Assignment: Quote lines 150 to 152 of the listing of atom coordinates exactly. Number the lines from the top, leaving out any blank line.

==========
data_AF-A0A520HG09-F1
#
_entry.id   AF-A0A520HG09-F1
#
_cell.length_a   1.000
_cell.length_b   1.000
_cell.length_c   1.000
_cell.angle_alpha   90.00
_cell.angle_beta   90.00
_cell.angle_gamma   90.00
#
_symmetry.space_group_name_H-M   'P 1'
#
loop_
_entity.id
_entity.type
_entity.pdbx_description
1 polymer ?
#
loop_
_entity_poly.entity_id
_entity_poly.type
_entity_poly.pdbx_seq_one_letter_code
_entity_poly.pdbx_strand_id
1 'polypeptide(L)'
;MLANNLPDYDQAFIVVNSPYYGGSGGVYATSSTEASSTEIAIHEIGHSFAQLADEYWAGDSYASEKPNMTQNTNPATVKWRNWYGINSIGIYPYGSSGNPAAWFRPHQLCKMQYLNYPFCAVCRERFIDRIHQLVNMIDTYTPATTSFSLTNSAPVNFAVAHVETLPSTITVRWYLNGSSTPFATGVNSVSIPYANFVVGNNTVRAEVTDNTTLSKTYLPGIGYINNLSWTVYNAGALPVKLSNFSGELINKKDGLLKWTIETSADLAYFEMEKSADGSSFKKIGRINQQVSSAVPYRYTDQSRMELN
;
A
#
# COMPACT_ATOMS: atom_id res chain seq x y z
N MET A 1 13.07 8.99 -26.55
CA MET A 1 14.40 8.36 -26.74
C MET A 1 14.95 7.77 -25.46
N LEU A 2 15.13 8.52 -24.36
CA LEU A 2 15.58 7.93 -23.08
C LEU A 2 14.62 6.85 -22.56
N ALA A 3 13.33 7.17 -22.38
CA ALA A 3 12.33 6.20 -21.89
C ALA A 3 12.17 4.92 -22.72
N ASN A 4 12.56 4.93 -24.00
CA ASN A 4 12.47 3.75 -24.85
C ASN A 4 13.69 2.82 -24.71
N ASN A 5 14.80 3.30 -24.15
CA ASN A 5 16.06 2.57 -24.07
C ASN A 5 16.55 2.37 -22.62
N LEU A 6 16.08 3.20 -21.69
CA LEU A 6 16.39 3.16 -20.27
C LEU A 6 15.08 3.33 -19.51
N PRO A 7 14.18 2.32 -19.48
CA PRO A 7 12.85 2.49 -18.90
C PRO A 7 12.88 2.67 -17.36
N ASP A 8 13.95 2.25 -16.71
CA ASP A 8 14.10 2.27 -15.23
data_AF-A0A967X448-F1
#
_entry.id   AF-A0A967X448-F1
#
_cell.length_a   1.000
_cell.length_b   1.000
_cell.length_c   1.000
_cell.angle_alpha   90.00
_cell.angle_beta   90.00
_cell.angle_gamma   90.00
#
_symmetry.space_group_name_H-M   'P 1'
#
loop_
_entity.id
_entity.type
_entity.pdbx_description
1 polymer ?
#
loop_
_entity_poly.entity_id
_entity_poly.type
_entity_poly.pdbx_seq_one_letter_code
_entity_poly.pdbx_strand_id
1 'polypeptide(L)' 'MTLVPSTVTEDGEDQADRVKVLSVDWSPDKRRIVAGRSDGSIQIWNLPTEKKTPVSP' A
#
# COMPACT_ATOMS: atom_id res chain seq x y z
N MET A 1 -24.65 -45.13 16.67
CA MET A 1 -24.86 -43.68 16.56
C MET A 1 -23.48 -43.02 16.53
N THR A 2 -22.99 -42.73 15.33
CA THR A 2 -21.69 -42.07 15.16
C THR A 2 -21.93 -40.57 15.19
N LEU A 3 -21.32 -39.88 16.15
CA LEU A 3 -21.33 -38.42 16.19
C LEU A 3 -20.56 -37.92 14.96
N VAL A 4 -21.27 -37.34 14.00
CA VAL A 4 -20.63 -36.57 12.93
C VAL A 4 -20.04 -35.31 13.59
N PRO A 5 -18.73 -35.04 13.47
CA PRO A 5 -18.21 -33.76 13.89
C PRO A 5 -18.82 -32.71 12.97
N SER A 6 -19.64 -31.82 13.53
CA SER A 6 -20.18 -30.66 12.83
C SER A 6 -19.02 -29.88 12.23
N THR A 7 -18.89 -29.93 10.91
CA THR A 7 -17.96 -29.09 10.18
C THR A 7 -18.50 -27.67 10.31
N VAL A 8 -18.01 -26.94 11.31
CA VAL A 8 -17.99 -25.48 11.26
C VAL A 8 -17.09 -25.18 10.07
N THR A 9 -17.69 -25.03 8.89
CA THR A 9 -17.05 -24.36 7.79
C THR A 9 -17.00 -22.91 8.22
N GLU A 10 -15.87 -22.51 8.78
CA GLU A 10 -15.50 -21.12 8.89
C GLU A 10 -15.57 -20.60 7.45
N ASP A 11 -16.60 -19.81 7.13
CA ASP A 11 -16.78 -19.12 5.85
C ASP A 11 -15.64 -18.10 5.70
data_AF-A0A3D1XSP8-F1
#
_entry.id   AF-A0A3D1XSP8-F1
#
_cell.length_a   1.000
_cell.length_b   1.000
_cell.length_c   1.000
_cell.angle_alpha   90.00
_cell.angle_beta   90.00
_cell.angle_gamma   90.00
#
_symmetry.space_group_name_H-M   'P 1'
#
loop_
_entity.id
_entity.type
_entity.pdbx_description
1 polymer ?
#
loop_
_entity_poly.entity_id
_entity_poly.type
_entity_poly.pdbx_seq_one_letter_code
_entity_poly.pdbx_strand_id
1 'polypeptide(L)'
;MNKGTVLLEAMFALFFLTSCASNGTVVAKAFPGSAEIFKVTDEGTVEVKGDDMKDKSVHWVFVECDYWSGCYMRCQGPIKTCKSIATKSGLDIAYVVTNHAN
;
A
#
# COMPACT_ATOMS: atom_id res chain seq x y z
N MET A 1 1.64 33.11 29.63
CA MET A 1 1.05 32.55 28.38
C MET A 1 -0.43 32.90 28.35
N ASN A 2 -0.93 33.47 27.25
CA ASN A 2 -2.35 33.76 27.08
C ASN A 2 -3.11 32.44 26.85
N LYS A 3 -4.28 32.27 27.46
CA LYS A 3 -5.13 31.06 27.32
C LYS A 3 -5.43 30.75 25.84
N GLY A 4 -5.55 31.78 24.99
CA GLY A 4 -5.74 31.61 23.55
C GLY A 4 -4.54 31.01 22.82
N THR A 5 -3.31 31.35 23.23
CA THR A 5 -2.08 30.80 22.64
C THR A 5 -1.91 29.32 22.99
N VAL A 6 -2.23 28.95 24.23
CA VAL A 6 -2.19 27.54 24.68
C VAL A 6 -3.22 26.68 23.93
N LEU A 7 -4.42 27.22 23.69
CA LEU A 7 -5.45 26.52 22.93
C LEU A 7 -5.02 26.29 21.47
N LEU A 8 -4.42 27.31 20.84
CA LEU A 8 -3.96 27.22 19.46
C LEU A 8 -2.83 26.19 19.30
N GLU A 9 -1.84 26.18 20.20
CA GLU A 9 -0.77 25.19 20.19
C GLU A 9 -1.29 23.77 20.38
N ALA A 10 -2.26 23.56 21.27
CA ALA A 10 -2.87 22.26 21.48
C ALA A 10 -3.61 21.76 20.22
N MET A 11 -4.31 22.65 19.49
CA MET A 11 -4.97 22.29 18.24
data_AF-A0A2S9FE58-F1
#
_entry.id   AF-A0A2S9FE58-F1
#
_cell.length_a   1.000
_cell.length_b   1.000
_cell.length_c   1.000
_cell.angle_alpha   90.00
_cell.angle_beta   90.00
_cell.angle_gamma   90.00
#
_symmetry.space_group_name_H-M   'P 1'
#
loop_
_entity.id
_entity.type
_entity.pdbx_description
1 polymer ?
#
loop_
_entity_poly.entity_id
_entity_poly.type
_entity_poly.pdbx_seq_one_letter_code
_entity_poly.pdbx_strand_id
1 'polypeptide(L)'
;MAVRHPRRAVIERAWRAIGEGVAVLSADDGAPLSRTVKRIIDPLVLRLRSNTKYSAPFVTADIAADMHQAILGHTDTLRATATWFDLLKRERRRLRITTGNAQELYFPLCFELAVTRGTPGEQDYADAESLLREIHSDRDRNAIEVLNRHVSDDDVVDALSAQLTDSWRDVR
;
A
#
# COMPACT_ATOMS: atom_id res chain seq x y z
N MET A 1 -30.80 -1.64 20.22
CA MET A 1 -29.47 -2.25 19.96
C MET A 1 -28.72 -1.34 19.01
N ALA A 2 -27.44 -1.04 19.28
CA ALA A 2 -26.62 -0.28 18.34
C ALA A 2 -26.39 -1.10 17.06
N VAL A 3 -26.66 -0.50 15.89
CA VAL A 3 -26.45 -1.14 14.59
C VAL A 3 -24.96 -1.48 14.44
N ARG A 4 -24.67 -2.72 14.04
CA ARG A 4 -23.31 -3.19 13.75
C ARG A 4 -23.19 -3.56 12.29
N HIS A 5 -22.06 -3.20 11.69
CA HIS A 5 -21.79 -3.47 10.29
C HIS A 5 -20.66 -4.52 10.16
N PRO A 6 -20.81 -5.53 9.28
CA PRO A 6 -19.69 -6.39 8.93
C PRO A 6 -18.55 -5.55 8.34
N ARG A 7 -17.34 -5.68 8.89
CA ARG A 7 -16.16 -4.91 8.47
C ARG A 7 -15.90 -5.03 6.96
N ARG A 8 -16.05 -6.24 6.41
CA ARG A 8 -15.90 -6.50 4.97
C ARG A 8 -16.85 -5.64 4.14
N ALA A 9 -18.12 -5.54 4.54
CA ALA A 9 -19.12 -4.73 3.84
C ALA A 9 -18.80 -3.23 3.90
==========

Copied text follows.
N LYS A 3 -4.28 32.27 27.46
CA LYS A 3 -5.13 31.06 27.32
C LYS A 3 -5.43 30.75 25.84